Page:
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C++ Strings

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In the previous tutorial, we looked at how to manipulate C style strings. C++ gives you the ability to use a string object. This simplifies tasks greatly as you will see in the following tutorial. Classes will be explained in a future tutorial but for now you will need to know that objects have things called methods. These work the same way as functions and can be accessed in the same way that functions are accessed in structs using the . operator.

A number of methods will be explained for the string class including the following :

    length()     find_first_of(char)
    substr(int, int)
    replace(int, int, string)

Contents of main.cpp :

To be able to create string objects, an extra #include needs to be made. The string header must be included and the std. namespace must be used.

#include <iostream>
#include <stdlib.h>
#include <string>

using namespace std;

int main()

We can create a string in the same way as a normal character string except we can use the string keyword instead of the char keyword. A string literal can automatically be converted to a string. A string can be printed out as per normal.

	string str = "Hello World";
	cout << str << endl;

The length of a string can be found by accessing its length method. Our code therefore returns a value of 11.

	cout << "String Length : ";
	cout << (int)str.length() << endl;

No method is needed to append strings onto existing ones. This can be achieved by simply using the + or the += operators.

	cout << "Appended String : ";
	str += ", Bob!";
	cout << str << endl;

If you would like to find the occurrence of a character, you can use the find_first_of or find_last_of methods depending on if you want to find the first or last occurrence of a character. This method takes one parameter which is the character that you are searching for. An optional integer parameter can be added to specify the offset of the string from where to start searching from. The index of the position found is returned. If the character is not found, a value of -1 is returned.

	cout << "First position of o : ";
	cout << (int)str.find_first_of('o') << endl;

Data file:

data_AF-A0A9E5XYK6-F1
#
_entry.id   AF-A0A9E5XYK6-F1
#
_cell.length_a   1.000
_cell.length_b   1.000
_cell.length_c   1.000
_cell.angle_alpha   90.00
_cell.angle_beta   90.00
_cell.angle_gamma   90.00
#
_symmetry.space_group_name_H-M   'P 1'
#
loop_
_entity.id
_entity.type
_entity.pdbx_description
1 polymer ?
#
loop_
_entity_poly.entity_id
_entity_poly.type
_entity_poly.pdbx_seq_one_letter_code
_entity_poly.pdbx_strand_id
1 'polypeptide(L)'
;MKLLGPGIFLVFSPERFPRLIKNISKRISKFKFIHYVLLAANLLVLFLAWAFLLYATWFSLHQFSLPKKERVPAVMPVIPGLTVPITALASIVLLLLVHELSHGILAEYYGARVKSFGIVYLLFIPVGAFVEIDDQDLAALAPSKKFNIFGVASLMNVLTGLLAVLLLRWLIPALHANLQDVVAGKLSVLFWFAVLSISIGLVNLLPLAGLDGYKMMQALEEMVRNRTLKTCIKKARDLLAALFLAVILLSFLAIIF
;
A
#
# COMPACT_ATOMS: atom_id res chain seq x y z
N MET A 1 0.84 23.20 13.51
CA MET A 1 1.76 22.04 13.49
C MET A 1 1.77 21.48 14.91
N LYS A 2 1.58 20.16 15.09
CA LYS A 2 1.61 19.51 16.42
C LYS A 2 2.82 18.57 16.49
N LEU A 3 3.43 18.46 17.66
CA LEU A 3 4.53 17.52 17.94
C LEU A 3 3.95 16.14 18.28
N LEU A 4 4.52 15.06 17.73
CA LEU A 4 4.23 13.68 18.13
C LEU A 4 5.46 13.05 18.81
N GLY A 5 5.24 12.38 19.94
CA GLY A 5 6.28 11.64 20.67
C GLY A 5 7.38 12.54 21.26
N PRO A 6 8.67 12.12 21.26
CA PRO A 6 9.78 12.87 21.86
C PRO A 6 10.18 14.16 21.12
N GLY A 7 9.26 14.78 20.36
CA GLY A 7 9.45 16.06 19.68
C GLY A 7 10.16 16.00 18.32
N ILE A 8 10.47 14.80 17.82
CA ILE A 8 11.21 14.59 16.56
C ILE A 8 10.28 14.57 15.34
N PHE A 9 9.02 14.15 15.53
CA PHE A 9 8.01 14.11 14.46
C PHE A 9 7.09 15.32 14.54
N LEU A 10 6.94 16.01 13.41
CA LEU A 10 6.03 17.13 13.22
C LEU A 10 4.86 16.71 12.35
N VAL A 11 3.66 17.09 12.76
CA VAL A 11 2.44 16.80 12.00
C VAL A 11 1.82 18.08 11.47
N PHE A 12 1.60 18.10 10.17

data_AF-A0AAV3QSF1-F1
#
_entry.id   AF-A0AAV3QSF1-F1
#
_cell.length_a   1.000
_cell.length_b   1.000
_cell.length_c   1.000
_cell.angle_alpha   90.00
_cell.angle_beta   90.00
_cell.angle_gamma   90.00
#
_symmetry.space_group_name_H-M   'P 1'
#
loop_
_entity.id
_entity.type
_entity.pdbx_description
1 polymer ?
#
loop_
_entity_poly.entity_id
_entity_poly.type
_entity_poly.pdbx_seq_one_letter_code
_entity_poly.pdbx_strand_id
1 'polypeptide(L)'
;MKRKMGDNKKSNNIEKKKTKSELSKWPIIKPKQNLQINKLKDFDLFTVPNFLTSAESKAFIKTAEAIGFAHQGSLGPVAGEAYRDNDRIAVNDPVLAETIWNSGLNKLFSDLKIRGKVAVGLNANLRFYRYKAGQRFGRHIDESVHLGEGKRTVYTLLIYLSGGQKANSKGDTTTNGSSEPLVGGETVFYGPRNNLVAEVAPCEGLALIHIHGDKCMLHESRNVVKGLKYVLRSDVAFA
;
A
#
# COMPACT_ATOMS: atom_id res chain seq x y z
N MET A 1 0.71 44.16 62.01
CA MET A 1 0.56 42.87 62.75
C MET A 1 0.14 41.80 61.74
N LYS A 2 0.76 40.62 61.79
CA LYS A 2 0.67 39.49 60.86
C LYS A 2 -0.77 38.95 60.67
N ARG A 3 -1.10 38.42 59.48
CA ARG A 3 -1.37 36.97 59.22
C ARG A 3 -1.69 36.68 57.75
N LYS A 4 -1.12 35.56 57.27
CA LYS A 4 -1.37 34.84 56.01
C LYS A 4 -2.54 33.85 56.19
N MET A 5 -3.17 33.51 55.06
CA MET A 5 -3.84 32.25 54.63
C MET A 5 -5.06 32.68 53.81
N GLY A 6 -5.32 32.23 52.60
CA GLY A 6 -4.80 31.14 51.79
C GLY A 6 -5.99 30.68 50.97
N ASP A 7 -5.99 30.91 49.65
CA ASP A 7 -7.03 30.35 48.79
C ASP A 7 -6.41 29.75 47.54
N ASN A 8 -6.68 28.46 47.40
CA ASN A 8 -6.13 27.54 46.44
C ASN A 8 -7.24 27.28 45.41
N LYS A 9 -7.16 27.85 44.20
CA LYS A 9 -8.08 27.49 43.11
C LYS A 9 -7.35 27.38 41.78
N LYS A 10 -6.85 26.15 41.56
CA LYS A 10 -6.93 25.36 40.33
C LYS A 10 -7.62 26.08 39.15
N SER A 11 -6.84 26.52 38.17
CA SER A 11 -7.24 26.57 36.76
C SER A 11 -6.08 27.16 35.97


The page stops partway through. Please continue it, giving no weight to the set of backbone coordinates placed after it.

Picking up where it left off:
cout << "Last position of o : ";
	cout << (int)str.find_last_of('o') << endl;

If you would like to search for an entire string, the find method can be used. It works in the exact same way as the find methods above except that a string to search for is passed as the first parameter instead of one character.

	cout << "World Substring : ";
	cout << (int)str.find("World") << endl;

To check if two strings are equal you can use the == operator in the same way as other data types.

	string str1 = "Hello";
	string str2 = "Hello";

	if (str1 == str2)
		cout << "Strings are the same." << endl;

Another way of comparing two strings is to use the compare method. The parameter is the string that will be compared with the current string. This provides more useful information and works in the same way as the strcmp function in the previous tutorial. A value of 0 is returned if both strings are equal. A negative value is returned if the current string is less than the given string and the opposite is true for a positive value.

	if (!
		cout << "Strings are the same."
		<< endl;

A copy of a string's data is easily copied to another string by simply using the = operator.

	cout << "String Copy : ";
	str2 = str1;
	cout << str2 << endl;

To extract a substring from an original string, the substr method can be used. The first parameter is the start position of the substring and the second parameter is how many characters must be read. The return value is the substring found. In our case, the substring of "World" is returned.

	cout << "Substring Copy : ";
	str1 = str.substr(6, 5);
	cout << str1 << endl;

Another method you may find useful is the replace method. This method replaces a substring of text within a string with another piece of text. Imagine it being the same as highlighting a piece of text with your mouse and then overwriting it by typing other text. The first parameter is the start position and the second parameter is how many characters to replace. These two parameters essentially specify the highlight. The third parameter is the new string that you want to insert. The code below therefore replaces the "World" part with "Universe".

	str.replace(6, 5, "Universe");
	cout << str << endl;

An extremely useful method for the string is the c_str method. This returns the C style string representing the same characters as that of the original string. This allows you to use functions requiring a C style string while still using the easy string class.

	cout << (int)strlen(str.c_str()) << endl;


	return 0;

You should now be proficient in both C and C++ style strings. One can see how C++ strings are more easily manipulated. You should also be able to extract C style strings from C++ strings allowing you to use C++ strings in most situations.

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Source Files : Visual Studio Dev-C++ Unix / Linux

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